Professor Knippertz coordinates the new interdisciplinary project DACCIWA (Dynamics-aerosol-chemistry-cloud interactions in West Africa) that started on December 01, 2013 and will have a duration of four and a half years. The project is funded by the EU under the 7th Framework Programme with EUR 8.75 million. Of these funds, 1.88 million go to KIT. 16 scientific institutions from Germany, Switzerland, France, Great Britain, Ghana, Nigeria as well as additional partners from Benin and the Ivory Coast are involved in DACCIWA. One of the German partners is the German Aerospace Center (DLR). Activities will focus on the investigation of the interactions of aerosols and clouds.

Together with two other projects, DACCIWA makes up the European Research Cluster "Aerosols and Climate." The cluster started in December. Information on the Research Cluster and on the kickoff event is available at http://www.aerosols-climate.org.

Link to the report of the World Bank: http://climatechange.worldbank.org/sites/default/files/Turn_Down_the_heat_Why_a_4_degree_centrigrade_warmer_world_must_be_avoided.pdf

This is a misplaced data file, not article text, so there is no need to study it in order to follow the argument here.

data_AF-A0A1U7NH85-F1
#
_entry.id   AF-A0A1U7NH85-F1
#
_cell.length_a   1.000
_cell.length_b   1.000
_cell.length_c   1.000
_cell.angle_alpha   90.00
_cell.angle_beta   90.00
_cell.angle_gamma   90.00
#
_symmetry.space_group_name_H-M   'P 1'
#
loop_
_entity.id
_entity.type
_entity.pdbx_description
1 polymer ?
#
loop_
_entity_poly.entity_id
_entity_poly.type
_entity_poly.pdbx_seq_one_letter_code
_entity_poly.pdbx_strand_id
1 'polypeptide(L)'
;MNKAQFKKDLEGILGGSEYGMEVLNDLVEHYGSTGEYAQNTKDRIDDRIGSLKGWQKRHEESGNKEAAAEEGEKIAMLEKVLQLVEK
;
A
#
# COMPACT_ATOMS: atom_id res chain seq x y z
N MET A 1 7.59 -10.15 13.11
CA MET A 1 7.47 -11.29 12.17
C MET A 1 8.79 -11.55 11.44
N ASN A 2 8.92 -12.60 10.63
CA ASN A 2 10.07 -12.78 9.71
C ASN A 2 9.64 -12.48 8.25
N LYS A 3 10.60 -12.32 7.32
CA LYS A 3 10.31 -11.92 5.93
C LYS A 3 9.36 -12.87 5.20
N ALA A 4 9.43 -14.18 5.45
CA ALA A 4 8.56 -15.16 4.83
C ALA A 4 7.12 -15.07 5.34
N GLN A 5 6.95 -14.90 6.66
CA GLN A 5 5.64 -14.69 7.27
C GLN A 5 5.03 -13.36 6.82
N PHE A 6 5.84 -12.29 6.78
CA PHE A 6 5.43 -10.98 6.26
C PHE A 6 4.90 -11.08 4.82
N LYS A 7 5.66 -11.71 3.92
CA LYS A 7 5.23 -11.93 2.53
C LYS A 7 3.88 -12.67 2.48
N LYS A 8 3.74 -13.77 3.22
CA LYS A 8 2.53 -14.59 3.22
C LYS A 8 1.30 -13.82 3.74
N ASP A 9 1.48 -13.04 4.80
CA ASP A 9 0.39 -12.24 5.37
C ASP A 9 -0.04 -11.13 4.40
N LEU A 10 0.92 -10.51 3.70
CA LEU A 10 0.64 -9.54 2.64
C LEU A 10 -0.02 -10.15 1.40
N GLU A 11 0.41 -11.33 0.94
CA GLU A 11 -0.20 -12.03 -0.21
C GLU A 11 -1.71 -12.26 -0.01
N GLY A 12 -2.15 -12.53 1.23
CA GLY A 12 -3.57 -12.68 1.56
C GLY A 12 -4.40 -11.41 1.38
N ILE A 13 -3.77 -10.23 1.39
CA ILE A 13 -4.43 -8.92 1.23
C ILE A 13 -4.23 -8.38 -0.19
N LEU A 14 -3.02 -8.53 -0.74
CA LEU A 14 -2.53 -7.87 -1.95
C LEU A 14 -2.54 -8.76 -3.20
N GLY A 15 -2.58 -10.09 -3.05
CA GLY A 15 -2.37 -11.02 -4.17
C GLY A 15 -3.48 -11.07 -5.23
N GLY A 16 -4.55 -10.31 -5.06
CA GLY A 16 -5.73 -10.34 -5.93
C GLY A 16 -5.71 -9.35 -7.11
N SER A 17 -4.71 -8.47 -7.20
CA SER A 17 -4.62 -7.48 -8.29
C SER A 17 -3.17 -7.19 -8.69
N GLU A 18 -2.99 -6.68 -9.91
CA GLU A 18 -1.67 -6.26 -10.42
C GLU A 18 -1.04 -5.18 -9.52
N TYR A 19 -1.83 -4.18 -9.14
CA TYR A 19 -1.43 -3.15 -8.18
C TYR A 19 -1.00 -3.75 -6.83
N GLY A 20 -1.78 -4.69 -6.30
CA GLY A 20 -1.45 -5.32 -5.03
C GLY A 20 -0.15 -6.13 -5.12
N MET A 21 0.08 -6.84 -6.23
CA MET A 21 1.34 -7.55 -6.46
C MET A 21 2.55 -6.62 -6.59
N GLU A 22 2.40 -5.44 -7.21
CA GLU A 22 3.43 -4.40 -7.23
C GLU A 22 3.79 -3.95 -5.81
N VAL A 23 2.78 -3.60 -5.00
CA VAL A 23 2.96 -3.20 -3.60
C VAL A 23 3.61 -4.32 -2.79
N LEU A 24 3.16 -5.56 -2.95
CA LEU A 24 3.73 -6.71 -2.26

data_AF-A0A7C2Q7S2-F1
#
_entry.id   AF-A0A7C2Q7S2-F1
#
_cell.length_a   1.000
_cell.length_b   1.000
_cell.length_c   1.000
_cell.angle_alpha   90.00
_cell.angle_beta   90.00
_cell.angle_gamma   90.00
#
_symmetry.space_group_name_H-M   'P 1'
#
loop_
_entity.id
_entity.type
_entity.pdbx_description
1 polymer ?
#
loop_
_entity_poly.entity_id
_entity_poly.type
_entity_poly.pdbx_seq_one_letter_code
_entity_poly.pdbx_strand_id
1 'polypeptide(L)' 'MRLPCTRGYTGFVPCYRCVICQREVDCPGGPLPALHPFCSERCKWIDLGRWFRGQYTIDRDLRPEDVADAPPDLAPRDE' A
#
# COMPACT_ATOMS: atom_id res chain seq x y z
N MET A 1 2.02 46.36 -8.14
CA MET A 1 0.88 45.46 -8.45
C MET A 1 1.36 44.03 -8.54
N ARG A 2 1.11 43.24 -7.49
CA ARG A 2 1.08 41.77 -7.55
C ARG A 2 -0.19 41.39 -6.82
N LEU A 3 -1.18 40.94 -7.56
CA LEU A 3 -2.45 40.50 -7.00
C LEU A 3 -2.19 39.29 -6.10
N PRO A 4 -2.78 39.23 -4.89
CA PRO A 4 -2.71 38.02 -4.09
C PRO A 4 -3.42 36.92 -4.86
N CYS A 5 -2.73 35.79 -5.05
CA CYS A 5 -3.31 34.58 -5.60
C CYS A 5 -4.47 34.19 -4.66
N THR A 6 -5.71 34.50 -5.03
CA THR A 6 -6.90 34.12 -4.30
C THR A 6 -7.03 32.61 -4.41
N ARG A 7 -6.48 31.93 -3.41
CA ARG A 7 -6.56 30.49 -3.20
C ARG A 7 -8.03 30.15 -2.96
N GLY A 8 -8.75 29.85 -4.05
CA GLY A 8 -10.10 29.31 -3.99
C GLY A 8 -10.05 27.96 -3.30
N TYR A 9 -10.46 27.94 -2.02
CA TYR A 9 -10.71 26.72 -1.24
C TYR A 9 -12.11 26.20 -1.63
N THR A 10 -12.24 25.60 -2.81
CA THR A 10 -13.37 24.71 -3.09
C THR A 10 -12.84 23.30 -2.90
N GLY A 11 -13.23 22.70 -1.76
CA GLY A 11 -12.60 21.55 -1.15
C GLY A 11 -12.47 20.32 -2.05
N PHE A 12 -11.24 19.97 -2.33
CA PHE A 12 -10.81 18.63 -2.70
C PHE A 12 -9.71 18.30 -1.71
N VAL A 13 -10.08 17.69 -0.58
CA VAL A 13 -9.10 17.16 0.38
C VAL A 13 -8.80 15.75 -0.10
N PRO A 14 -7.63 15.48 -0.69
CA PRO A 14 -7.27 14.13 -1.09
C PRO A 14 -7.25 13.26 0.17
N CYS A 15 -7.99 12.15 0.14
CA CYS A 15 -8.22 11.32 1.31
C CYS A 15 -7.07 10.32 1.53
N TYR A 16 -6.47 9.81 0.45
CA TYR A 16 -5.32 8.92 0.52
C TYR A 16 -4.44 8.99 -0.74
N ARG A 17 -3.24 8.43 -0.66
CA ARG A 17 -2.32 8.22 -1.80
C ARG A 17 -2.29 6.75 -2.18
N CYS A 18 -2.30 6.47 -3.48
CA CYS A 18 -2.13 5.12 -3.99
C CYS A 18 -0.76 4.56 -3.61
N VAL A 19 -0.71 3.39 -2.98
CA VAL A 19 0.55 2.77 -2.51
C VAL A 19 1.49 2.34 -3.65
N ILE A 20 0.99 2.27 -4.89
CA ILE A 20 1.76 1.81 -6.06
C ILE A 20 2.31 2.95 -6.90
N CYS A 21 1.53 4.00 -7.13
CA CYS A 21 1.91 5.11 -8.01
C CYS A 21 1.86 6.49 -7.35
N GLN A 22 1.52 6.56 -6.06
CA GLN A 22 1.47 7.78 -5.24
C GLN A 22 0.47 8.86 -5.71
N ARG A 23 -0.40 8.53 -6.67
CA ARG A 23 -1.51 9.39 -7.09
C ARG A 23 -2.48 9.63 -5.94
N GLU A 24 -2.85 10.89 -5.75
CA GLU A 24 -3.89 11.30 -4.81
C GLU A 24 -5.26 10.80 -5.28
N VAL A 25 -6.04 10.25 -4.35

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The above post is reprinted from materials provided by Karlsruhe Institute of Technology. Note: Materials may be edited for content and length.


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Karlsruhe Institute of Technology. "Better climate predictions for West Africa." ScienceDaily. ScienceDaily, 13 December 2013. <www.sciencedaily.com/releases/2013/12/131213093430.htm>.
Karlsruhe Institute of Technology. (2013, December 13). Better climate predictions for West Africa. ScienceDaily. Retrieved August 31, 2015 from www.sciencedaily.com/releases/2013/12/131213093430.htm
Karlsruhe Institute of Technology. "Better climate predictions for West Africa." ScienceDaily. www.sciencedaily.com/releases/2013/12/131213093430.htm (accessed August 31, 2015).